The Senate rejected a constitutional amendment against flag burning Tuesday with critics arguing that it was already dead and being debated largely as ammunition for use against them at election time.
``We will take a meaningless vote so that some campaign operatives can try to bludgeon senators who are willing to stand up for the Bill of Rights and vote against this amendment,' said Sen. Howard M. Metzenbaum, D-Ohio.The Senate voted 58-42 in favor, leaving it nine short of the required two-thirds majority needed to approve amendments. Thirty-eight Republicans voted in favor and seven voted against; among Democrats, it was 20 in favor and 35 against.
Sen. Jesse Helms, R-N.C., voted for the amendment; Sen. Terry Sanford, D-N.C., voted against it.
President Bush has been calling for approval of the measure, which said simply that ``Congress and the states shall have power to prohibit the physical desecration of the flag of the United States.'
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But the House rejected it this past week, falling 34 votes short of two-thirds with a 254-177 tally in favor. Speaker Thomas Foley said lawmakers would not get a chance to reconsider this year.
The Senate's action thus was largely a symbolic gesture that gave senators a chance to vent their views on an issue that has raged in the year since the Supreme Court held unconstitutional a Texas flag-burning law.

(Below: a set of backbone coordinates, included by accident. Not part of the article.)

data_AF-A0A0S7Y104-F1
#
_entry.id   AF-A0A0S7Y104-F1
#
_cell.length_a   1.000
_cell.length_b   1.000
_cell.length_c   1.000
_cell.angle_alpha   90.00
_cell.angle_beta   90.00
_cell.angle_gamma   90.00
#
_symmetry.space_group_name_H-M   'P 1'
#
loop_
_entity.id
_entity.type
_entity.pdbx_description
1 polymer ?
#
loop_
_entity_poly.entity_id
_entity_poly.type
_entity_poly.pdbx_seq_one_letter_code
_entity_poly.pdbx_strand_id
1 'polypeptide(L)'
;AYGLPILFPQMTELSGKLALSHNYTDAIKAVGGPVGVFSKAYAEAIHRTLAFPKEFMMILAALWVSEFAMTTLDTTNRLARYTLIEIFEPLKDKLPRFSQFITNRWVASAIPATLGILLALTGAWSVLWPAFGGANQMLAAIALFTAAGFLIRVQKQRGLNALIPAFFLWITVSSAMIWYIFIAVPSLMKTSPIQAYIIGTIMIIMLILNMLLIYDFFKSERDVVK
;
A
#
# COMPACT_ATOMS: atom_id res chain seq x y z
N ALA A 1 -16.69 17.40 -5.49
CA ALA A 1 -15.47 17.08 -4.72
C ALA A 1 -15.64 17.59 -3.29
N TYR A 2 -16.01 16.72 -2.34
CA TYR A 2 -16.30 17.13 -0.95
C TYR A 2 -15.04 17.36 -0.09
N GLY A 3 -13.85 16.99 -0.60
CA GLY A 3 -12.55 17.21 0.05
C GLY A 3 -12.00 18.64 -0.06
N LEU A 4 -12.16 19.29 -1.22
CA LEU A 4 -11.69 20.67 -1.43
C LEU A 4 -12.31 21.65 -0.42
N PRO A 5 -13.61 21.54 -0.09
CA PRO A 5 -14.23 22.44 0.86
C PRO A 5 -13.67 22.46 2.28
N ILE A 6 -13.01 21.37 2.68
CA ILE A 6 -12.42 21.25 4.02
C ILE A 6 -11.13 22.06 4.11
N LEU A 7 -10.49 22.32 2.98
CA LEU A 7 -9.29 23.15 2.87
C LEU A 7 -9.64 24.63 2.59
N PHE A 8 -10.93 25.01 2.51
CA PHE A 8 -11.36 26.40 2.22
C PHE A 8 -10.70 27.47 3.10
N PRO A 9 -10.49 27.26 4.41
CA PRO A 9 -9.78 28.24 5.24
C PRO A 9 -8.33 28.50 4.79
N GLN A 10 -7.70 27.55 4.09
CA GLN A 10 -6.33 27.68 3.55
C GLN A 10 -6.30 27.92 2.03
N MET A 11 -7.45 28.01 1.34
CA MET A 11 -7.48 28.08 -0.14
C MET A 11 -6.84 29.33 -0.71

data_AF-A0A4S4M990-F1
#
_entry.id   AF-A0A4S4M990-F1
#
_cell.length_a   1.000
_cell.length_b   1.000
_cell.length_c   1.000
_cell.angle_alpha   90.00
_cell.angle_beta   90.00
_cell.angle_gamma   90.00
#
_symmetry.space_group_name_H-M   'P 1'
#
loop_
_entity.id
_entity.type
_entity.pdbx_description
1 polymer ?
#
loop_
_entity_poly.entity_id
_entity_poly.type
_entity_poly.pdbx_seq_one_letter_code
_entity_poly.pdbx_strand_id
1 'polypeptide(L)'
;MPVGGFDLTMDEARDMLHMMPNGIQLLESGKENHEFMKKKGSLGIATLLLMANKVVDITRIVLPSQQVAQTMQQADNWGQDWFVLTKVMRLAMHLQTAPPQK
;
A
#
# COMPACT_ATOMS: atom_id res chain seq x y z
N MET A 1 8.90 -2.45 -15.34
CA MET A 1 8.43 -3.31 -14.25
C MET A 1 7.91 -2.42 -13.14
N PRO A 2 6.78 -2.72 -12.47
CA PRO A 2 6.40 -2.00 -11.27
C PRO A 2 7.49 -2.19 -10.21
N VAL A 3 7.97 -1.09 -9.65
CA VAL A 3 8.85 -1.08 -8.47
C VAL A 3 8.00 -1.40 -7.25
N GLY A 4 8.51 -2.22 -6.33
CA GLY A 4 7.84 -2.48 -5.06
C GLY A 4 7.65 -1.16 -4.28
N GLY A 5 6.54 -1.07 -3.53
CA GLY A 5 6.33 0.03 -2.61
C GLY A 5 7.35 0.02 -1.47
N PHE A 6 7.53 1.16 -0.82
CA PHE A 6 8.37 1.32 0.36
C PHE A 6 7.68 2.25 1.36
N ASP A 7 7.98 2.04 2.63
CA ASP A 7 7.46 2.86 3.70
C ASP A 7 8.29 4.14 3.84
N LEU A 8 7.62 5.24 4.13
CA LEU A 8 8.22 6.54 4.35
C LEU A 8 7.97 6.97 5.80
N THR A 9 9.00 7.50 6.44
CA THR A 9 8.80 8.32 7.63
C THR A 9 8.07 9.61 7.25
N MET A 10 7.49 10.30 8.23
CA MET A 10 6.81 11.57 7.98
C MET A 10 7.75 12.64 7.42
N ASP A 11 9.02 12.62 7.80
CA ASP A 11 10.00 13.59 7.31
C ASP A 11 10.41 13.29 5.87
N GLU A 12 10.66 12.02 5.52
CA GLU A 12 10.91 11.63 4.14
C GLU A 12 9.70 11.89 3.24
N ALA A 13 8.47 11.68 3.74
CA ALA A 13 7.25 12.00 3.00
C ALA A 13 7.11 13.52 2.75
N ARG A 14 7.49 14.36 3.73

Before voting on the amendment itself, the Senate rejected three rival versions.
The Senate rejected, 90-10, a plan offered by Helms that would strip the Supreme Court of its authority to decide flag-burning cases.
Helms pointed to the close 5-4 vote in the Supreme Court and said his measure was the most effective way to combat ``these kooks ... these loonies who burn the American flag.'
Critics said the Helms plan would violate long-established law giving the Supreme Court jurisdiction over constitutional issues. ``It's almost as ancient as the Republic,' said Sen. Christopher Dodd, D-Conn.
The Senate also voted 51-48 to kill a plan offered by Sen. Dale Bumpers, D-Ark., that would replace the amendment with legislation to ban burning the flag in any way that would cause a breach of the peace.
By 93-7, the Senate rejected a proposal offered by Judiciary Committee Chairman Joseph R. Biden Jr., D-Del., that would allow Congress to ban flag burning but deny that power to the states.
Senate Republican Leader Bob Dole of Kansas conceded before the final vote that ``we're not going to win now.' But he said that ``we're not going to give up, and we'll see what happens in the days and weeks and months ahead.'
``In the heartland of America, some folks just can't understand what Congress is up to,' Dole said.